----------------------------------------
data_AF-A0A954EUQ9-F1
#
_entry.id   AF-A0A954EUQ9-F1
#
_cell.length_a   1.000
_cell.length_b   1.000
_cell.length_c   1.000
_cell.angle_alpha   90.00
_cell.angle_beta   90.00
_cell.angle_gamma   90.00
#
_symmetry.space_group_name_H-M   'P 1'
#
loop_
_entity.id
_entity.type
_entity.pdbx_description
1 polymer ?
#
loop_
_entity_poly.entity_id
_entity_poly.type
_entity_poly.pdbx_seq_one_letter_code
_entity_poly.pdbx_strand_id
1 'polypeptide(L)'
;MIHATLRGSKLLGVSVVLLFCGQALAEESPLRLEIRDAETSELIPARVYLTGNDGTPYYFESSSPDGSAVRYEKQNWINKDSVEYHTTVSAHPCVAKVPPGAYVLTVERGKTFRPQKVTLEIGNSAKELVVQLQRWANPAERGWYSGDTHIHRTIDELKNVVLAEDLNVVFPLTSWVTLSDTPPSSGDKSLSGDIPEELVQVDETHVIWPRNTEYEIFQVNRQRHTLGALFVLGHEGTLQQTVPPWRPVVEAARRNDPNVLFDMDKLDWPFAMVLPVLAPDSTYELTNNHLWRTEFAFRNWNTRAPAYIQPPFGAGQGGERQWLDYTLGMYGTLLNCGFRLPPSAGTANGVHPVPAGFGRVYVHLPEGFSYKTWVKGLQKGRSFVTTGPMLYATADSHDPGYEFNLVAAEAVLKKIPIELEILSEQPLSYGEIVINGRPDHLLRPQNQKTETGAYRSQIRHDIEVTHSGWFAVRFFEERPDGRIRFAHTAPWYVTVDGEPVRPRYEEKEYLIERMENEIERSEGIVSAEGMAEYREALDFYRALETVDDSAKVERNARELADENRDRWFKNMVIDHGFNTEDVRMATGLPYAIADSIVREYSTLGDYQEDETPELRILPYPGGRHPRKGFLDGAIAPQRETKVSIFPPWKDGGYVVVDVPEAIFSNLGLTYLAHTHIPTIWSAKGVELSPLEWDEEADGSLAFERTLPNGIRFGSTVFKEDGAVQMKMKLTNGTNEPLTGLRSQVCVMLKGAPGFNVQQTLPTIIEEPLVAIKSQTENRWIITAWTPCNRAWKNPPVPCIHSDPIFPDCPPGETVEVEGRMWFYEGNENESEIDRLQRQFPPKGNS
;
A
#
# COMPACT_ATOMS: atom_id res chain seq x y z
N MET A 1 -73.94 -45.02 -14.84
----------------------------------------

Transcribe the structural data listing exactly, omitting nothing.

data_AF-A0A954EUQ9-F1
#
_entry.id   AF-A0A954EUQ9-F1
#
_cell.length_a   1.000
_cell.length_b   1.000
_cell.length_c   1.000
_cell.angle_alpha   90.00
_cell.angle_beta   90.00
_cell.angle_gamma   90.00
#
_symmetry.space_group_name_H-M   'P 1'
#
loop_
_entity.id
_entity.type
_entity.pdbx_description
1 polymer ?
#
loop_
_entity_poly.entity_id
_entity_poly.type
_entity_poly.pdbx_seq_one_letter_code
_entity_poly.pdbx_strand_id
1 'polypeptide(L)'
;MIHATLRGSKLLGVSVVLLFCGQALAEESPLRLEIRDAETSELIPARVYLTGNDGTPYYFESSSPDGSAVRYEKQNWINKDSVEYHTTVSAHPCVAKVPPGAYVLTVERGKTFRPQKVTLEIGNSAKELVVQLQRWANPAERGWYSGDTHIHRTIDELKNVVLAEDLNVVFPLTSWVTLSDTPPSSGDKSLSGDIPEELVQVDETHVIWPRNTEYEIFQVNRQRHTLGALFVLGHEGTLQQTVPPWRPVVEAARRNDPNVLFDMDKLDWPFAMVLPVLAPDSTYELTNNHLWRTEFAFRNWNTRAPAYIQPPFGAGQGGERQWLDYTLGMYGTLLNCGFRLPPSAGTANGVHPVPAGFGRVYVHLPEGFSYKTWVKGLQKGRSFVTTGPMLYATADSHDPGYEFNLVAAEAVLKKIPIELEILSEQPLSYGEIVINGRPDHLLRPQNQKTETGAYRSQIRHDIEVTHSGWFAVRFFEERPDGRIRFAHTAPWYVTVDGEPVRPRYEEKEYLIERMENEIERSEGIVSAEGMAEYREALDFYRALETVDDSAKVERNARELADENRDRWFKNMVIDHGFNTEDVRMATGLPYAIADSIVREYSTLGDYQEDETPELRILPYPGGRHPRKGFLDGAIAPQRETKVSIFPPWKDGGYVVVDVPEAIFSNLGLTYLAHTHIPTIWSAKGVELSPLEWDEEADGSLAFERTLPNGIRFGSTVFKEDGAVQMKMKLTNGTNEPLTGLRSQVCVMLKGAPGFNVQQTLPTIIEEPLVAIKSQTENRWIITAWTPCNRAWKNPPVPCIHSDPIFPDCPPGETVEVEGRMWFYEGNENESEIDRLQRQFPPKGNS
;
A
#
# COMPACT_ATOMS: atom_id res chain seq x y z
N MET A 1 -73.94 -45.02 -14.84